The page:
Wednesday, April 11, 2012

*Rescue cats in need of rescue

4-16-12 Wonderful news!  All have been rescued!!Rescue cats in need of rescue About to close their doors, CLAWS needs to place *180 cats(*40 have been rescuedBy Ashley CLOUTIER

AUGUSTA — Located at 28 Pelletown Road in Augusta, CLAWS Animal Shelter is home to 180 cats — for now.
As of April 15, CLAWS will close their doors due to pressure from officials and health code violations. CLAWS founder and Laurie Walsh, 50, said “The County Board of Healthy and the NJSPCA say we aren’t complying with safety regulations because we don’t have concrete walls and floors. How are you supposed to put concrete walls onto a wooden frame? It just isn’t possible.”
CLAWS started when Walsh, working in Sussex Borough at the time, saw the number of stray cats around. Some were hurt, pregnant or injured, and Walsh knew she couldn’t continue to let them live on
the street. She and her husband took them in and started running a shelter out of their home.
In 2004 the house that CLAWS is currently located in was discovered. “I responded to an NJSPCA call,” Walsh said with an ironic laugh. “I went to this house and it was completely boarded up and abandoned. There were hundreds of cats left inside to fend for themselves.”

She rescued them all, saved what she could, and inquired about the property. Today the shelter, surviving solely on donations and money from Walsh’s own pocket, is run by Walsh, her daughter Kelly Tracy, 19, and Laurie Moore, 60.  Too many cats, too few people
Every cat in the shelter is up to date on their shots, has been vaccinated, checked for worms and feline leukemia, and most have been spayed or neutered. For the few cats that have not yet been fixed, a low-cost option is provided upon adoption.

Still, more cats come in than are taken out and, since May, there has not been enough room to shelter more strays — even though thousands of calls have come in. “There is nowhere for these animals to go. And now that we are being forced to close there really won’t be anywhere for them to go,” Walsh said.

Each cat has their own personality — just like people
Walsh is passionate about the cats. “These cats are all off the streets. All of them came to us in horrible conditions, some close to death, and all of them have become sweet and loving and so, so appreciative. If humans were half as appreciative as these cats are, the world would definitely be a better place.”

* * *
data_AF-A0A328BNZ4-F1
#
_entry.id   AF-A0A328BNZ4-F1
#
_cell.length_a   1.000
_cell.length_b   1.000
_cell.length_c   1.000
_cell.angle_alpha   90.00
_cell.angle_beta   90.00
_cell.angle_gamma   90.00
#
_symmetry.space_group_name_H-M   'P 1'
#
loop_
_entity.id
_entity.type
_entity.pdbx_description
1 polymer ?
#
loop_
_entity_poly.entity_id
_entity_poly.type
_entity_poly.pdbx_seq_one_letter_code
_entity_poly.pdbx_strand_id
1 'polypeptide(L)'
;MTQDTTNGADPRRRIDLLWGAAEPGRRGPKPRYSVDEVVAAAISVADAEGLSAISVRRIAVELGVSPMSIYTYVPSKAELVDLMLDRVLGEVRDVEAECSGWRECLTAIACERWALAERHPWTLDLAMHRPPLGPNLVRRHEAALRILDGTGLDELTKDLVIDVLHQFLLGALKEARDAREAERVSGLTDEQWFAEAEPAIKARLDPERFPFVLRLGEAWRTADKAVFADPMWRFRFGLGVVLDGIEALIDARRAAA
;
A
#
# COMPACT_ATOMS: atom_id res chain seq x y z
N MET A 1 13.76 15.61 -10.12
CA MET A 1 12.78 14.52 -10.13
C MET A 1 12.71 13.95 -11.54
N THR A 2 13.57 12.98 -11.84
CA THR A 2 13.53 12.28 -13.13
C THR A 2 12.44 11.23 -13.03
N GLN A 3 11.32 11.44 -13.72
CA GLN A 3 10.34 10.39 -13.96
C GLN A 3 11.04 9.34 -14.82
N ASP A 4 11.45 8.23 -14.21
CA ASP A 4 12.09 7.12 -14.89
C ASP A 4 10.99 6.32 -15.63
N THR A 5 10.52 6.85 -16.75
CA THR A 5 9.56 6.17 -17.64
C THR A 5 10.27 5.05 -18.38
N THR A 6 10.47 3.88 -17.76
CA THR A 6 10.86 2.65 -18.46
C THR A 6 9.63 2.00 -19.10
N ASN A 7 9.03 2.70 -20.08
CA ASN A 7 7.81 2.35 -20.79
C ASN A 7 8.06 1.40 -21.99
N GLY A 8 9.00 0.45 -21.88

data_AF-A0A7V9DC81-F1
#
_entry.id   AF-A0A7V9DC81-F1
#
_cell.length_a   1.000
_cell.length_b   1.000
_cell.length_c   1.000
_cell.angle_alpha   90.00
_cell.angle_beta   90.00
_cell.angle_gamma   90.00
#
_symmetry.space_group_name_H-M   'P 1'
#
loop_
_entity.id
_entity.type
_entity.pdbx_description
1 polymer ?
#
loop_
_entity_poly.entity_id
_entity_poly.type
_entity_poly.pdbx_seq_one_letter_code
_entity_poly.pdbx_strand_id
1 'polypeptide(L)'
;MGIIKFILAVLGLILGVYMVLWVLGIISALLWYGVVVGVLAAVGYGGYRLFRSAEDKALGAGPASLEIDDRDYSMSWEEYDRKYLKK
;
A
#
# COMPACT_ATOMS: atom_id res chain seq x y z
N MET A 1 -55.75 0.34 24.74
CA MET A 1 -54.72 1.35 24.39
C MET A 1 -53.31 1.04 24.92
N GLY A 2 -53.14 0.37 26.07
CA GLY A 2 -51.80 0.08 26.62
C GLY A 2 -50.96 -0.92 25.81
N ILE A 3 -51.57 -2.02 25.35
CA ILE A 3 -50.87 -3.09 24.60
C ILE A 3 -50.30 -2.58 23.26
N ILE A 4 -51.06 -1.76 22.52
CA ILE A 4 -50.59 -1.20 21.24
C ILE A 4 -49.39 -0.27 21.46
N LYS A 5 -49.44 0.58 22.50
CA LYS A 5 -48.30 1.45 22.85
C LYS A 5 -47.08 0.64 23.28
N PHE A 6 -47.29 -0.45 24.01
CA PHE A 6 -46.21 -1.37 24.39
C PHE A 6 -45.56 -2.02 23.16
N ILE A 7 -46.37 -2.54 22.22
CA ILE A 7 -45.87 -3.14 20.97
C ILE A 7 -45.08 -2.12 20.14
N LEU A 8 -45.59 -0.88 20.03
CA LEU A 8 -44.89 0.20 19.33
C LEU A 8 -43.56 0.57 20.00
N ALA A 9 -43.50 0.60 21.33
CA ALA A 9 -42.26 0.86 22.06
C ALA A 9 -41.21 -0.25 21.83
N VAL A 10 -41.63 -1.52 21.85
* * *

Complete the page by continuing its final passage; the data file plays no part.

The cats’ ages range from 6 months to 6 years. There is Kit, a sweet black cat that will literally climb up a person’s leg in order to perch on a shoulder and nuzzle a neck; Popcorn, a big, orange tabby full of love and affection; three kittens, Moe, Larry, and Curly, and Moose, a 37-pound tabby who likes to lounge in the sun.
More than the cats will be affected
The shelter isn’t just about adoption, but also volunteer opportunities and pet therapy. Girl Scout troops, 4H, Capital Care and Willow Glenn are among those who come to CLAWS to help clean the shelter and to meet and play with the cats. CLAWS is often used for court-ordered community service.
“Where are these people going to go now? We are being treated as criminals instead of as people...and the whole community will be affected. The public is outraged. We didn’t realize just how many people respect what we are doing until (the County Board of Health and the NJSPCA) ordered us to close,” Walsh said.
A plea to the public
Walsh is afraid for the cats' futures. “Time is running out. Is euthanasia really the only answer? We need people to come forward and adopt these animals, or temporarily foster them if adoption isn’t an option.”
CLAWS will supply anyone willing to foster a cat with crates, toys, beds, etc. “We are reaching out to the public now,” said Walsh, “begging them to save these cats and give them a forever home—before it’s too late.”
CLAWS Animal Shelter can be reached at 973-875-8540.

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